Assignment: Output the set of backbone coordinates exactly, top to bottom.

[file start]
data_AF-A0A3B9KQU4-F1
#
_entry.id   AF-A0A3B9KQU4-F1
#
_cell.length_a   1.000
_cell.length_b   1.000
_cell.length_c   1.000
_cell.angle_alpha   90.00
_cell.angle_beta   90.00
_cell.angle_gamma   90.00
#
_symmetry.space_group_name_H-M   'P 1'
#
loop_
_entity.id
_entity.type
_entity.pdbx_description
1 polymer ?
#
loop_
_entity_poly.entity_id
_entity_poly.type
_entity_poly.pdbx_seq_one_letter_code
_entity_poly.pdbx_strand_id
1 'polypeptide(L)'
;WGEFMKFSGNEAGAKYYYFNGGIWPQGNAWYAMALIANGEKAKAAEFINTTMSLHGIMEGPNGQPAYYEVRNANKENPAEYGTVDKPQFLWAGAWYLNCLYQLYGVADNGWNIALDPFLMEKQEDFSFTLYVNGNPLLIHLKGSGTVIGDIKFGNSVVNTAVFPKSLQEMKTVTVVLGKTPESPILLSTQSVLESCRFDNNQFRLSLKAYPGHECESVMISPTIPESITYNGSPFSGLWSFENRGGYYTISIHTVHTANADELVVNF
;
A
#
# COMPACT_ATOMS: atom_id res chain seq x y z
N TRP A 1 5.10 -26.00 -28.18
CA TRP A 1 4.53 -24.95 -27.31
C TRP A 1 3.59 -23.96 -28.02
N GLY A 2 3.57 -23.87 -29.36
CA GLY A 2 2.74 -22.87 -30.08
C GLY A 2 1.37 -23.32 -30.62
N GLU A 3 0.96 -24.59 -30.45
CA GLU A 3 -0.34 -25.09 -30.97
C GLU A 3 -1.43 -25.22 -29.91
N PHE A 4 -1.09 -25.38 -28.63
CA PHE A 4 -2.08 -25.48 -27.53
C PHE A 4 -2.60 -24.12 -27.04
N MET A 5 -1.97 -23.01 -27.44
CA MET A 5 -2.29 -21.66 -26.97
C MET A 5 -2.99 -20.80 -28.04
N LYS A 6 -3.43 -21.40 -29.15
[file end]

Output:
data_AF-A0A3B9KQU4-F1
#
_entry.id   AF-A0A3B9KQU4-F1
#
_cell.length_a   1.000
_cell.length_b   1.000
_cell.length_c   1.000
_cell.angle_alpha   90.00
_cell.angle_beta   90.00
_cell.angle_gamma   90.00
#
_symmetry.space_group_name_H-M   'P 1'
#
loop_
_entity.id
_entity.type
_entity.pdbx_description
1 polymer ?
#
loop_
_entity_poly.entity_id
_entity_poly.type
_entity_poly.pdbx_seq_one_letter_code
_entity_poly.pdbx_strand_id
1 'polypeptide(L)'
;WGEFMKFSGNEAGAKYYYFNGGIWPQGNAWYAMALIANGEKAKAAEFINTTMSLHGIMEGPNGQPAYYEVRNANKENPAEYGTVDKPQFLWAGAWYLNCLYQLYGVADNGWNIALDPFLMEKQEDFSFTLYVNGNPLLIHLKGSGTVIGDIKFGNSVVNTAVFPKSLQEMKTVTVVLGKTPESPILLSTQSVLESCRFDNNQFRLSLKAYPGHECESVMISPTIPESITYNGSPFSGLWSFENRGGYYTISIHTVHTANADELVVNF
;
A
#
# COMPACT_ATOMS: atom_id res chain seq x y z
N TRP A 1 5.10 -26.00 -28.18
CA TRP A 1 4.53 -24.95 -27.31
C TRP A 1 3.59 -23.96 -28.02
N GLY A 2 3.57 -23.87 -29.36
CA GLY A 2 2.74 -22.87 -30.08
C GLY A 2 1.37 -23.32 -30.62
N GLU A 3 0.96 -24.59 -30.45
CA GLU A 3 -0.34 -25.09 -30.97
C GLU A 3 -1.43 -25.22 -29.91
N PHE A 4 -1.09 -25.38 -28.63
CA PHE A 4 -2.08 -25.48 -27.53
C PHE A 4 -2.60 -24.12 -27.04
N MET A 5 -1.97 -23.01 -27.44
CA MET A 5 -2.29 -21.66 -26.97
C MET A 5 -2.99 -20.80 -28.04
N LYS A 6 -3.43 -21.40 -29.15